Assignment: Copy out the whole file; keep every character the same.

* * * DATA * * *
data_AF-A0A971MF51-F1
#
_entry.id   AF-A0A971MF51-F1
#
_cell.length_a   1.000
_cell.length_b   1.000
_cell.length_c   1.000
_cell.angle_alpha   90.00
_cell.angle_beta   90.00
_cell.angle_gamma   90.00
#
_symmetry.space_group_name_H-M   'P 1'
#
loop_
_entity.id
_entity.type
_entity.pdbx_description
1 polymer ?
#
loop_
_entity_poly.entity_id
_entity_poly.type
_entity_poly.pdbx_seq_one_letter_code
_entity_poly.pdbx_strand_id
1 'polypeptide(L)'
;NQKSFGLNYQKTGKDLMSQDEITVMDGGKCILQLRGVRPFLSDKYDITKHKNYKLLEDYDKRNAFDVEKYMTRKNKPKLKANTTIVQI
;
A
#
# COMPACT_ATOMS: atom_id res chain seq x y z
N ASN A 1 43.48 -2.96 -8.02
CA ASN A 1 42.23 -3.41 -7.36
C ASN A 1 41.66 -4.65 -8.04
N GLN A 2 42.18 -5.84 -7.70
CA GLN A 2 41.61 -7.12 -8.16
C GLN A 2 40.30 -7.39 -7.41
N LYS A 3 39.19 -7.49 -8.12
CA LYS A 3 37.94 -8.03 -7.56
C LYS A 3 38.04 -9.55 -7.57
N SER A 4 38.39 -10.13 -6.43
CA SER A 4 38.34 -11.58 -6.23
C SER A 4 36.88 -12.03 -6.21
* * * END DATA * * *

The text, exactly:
data_AF-A0A971MF51-F1
#
_entry.id   AF-A0A971MF51-F1
#
_cell.length_a   1.000
_cell.length_b   1.000
_cell.length_c   1.000
_cell.angle_alpha   90.00
_cell.angle_beta   90.00
_cell.angle_gamma   90.00
#
_symmetry.space_group_name_H-M   'P 1'
#
loop_
_entity.id
_entity.type
_entity.pdbx_description
1 polymer ?
#
loop_
_entity_poly.entity_id
_entity_poly.type
_entity_poly.pdbx_seq_one_letter_code
_entity_poly.pdbx_strand_id
1 'polypeptide(L)'
;NQKSFGLNYQKTGKDLMSQDEITVMDGGKCILQLRGVRPFLSDKYDITKHKNYKLLEDYDKRNAFDVEKYMTRKNKPKLKANTTIVQI
;
A
#
# COMPACT_ATOMS: atom_id res chain seq x y z
N ASN A 1 43.48 -2.96 -8.02
CA ASN A 1 42.23 -3.41 -7.36
C ASN A 1 41.66 -4.65 -8.04
N GLN A 2 42.18 -5.84 -7.70
CA GLN A 2 41.61 -7.12 -8.16
C GLN A 2 40.30 -7.39 -7.41
N LYS A 3 39.19 -7.49 -8.12
CA LYS A 3 37.94 -8.03 -7.56
C LYS A 3 38.04 -9.55 -7.57
N SER A 4 38.39 -10.13 -6.43
CA SER A 4 38.34 -11.58 -6.23
C SER A 4 36.88 -12.03 -6.21